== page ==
If you're trying to circle-strafe but not quite lining up your attacks, or if you're shooting at something that's obstructed or too far away, your attacks will have zero effect, without the "Miss" thing.

If you're trying to use a weapon that you're not proficient with, or you're subject to some other miscellaneous modifier (like you've gotten hit by a Strength poison or some other debuff, or you're encountering some random situational modifier like fighting uphill, not sure how many of those are implemented in DDO), that'll show up in your to-hit roll. †From what you describe, your melee hit rolls should be at +1 and your ranged hit rolls should be at +3, assuming none of the aforementioned extenuating circumstances - is that what you're seeing?

Finally (and you probably already know this) - any quest that primarily involves combat isn't gonna be soloable by a rogue of the same level. †Some of them aren't even soloable by fighters, for that matter. †If you're soloing as a rogue, stick to the stealthy quests, which is almost anything that doesn't have "kill X" as a listed objective, and save the combat-oriented quests for times when you can find a group, at which point you can make yourself useful by disarming traps and double-teaming with fighters (tumbling like a madman if you draw aggro).

"I have not actually recommended many games, and I'll go on the record here saying my track record is probably best in the industry." - schild
Samwise
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Reply #6 on: December 21, 2005, 04:23:04 PM

Hm... it might be useful to compile a list of quests that are easily rogue-soloable.  I recently went back through a bunch of quests with my ranger to see how far stealth would get me since the latest changes; there are fewer stealth quests now than there used to be, in part because monsters have a higher chance to notice stealthed characters now, but there's still a good smattering that you can do by being sneaky.

Healing Elixir - the Goodblade quest where you go into the alchemist's workshop.  Now that the warforged at the end asks a riddle instead of attacking you, it seems like a rogue should be able to do the whole thing with no combat (although you might have to run past the spiders instead of stealth past them, since spiders are really good at sniffing out rogues).

Low Road - I've definitely stealthed this entire quest before.  Trickier with the new stealth changes; I think the last time I did it with a rogue I ended up having to just run past the last shaman because he spotted me, but I still made it out without having to kill anything.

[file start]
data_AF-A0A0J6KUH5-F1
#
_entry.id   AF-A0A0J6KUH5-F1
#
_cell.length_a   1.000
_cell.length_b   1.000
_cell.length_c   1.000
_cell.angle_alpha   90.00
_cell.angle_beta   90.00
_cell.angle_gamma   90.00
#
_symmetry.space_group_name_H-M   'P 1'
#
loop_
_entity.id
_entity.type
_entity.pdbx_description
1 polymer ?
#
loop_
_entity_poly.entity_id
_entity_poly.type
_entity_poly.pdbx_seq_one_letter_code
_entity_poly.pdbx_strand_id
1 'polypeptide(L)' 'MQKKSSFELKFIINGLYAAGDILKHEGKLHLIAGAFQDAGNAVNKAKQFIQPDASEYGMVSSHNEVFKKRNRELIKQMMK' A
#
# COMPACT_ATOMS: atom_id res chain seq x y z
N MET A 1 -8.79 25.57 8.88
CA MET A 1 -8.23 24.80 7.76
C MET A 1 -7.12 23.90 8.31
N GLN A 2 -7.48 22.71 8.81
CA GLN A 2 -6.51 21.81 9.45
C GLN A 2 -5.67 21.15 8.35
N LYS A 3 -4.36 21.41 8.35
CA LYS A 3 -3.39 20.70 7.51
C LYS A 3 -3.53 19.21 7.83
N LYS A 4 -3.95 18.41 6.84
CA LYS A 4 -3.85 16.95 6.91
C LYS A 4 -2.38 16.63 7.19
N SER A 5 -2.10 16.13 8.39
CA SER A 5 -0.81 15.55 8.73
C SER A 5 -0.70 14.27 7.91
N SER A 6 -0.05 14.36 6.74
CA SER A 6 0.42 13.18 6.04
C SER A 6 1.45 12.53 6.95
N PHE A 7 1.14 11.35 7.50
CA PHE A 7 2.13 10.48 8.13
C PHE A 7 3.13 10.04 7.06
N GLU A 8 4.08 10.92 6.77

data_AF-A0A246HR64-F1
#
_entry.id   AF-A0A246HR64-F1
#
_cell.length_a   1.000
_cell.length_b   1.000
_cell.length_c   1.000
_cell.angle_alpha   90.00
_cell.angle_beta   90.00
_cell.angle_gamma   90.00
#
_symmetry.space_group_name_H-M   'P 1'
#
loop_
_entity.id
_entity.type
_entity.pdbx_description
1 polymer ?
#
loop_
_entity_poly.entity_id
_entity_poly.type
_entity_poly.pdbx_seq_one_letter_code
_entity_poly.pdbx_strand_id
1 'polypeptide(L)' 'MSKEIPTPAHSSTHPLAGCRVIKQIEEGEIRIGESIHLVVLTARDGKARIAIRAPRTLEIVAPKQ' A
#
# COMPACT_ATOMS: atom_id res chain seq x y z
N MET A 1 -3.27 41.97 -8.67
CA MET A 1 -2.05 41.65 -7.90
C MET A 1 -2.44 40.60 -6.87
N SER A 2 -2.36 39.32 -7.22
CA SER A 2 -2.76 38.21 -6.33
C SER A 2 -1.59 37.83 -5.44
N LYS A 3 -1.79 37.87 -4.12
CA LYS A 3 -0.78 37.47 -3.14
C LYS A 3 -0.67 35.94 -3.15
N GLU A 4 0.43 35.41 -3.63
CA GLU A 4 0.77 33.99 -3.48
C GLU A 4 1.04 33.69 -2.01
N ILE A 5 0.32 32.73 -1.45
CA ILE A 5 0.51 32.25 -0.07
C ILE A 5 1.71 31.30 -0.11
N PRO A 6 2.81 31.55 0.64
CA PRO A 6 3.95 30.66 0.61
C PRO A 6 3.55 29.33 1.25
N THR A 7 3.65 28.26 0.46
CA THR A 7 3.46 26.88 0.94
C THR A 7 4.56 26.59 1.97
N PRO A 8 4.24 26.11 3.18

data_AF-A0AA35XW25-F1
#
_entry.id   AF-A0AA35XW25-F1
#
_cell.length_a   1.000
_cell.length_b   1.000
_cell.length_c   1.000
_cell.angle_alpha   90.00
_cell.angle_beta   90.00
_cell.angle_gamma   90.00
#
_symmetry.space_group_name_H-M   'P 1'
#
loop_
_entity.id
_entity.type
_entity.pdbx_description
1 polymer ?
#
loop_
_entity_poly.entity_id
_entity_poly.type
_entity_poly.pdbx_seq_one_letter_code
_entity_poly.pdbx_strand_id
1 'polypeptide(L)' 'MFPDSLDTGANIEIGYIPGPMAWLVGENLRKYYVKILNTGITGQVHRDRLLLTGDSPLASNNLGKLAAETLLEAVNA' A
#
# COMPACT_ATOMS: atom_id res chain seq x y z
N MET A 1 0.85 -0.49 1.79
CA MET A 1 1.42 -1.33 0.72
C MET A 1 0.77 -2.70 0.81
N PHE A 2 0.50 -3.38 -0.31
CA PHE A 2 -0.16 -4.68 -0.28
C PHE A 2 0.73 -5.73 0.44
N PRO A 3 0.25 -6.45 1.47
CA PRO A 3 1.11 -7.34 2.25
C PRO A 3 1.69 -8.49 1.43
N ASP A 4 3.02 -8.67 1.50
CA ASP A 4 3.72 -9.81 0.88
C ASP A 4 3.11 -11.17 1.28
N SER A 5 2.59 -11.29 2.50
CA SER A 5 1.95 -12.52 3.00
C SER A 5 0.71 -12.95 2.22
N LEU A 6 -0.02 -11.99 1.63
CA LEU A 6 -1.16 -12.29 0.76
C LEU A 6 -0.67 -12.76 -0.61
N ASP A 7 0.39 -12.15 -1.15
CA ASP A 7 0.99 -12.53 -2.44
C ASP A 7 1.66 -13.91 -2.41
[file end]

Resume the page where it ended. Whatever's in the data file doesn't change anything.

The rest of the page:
Bringing the Light - 100% stealthable once you've dealt with the first two guards, which don't have bows and can hence be perched pretty easily if need be.  The trick to doing the rest of the quest stealthily is to use ranged attacks to sabotage the gambling tables from outside the rooms; this prevents the guards in those rooms from spotting you, and you can just stealth past the guard in the hallway with the dogs.  Obviously, you can't do the optional objective at the end without combat, but the main quest is no problem.

The Dread Eye of Khyber - 100% stealthable if you don't go for any of the optional boss fights.  In fact, stealth is highly encouraged due to the fact that killing sentries/prophets will cause you to fail the quest.  I absolutely refuse to do this quest with pickup groups because there's always some retard who can't get the concept of NOT killing things.

Waterworks - I have stealthed this entire line of quests in the past, with the sole exception of the oozes in the first part of Tunnelworm (although those can be perched); not sure if it's still possible with the new changes (I haven't had any trouble finding groups for it lately), but the quests themselves haven't changed in any significant way, so it seems like it should be possible.

Redfang the Unruled Although not really a "stealth" quest, this is the perfect "rogue" quest because every square inch of it is trapped.  Before the last wipe that was the one quest I didn't mind repeating, for the sole reason that the room with the Strength poison traps was so damn fun to disarm.  I felt like Indiana Jones every single time.  And it never failed to impress my group, since the level of timing required for that thing is beyond the reach of most MMOG players.   :-D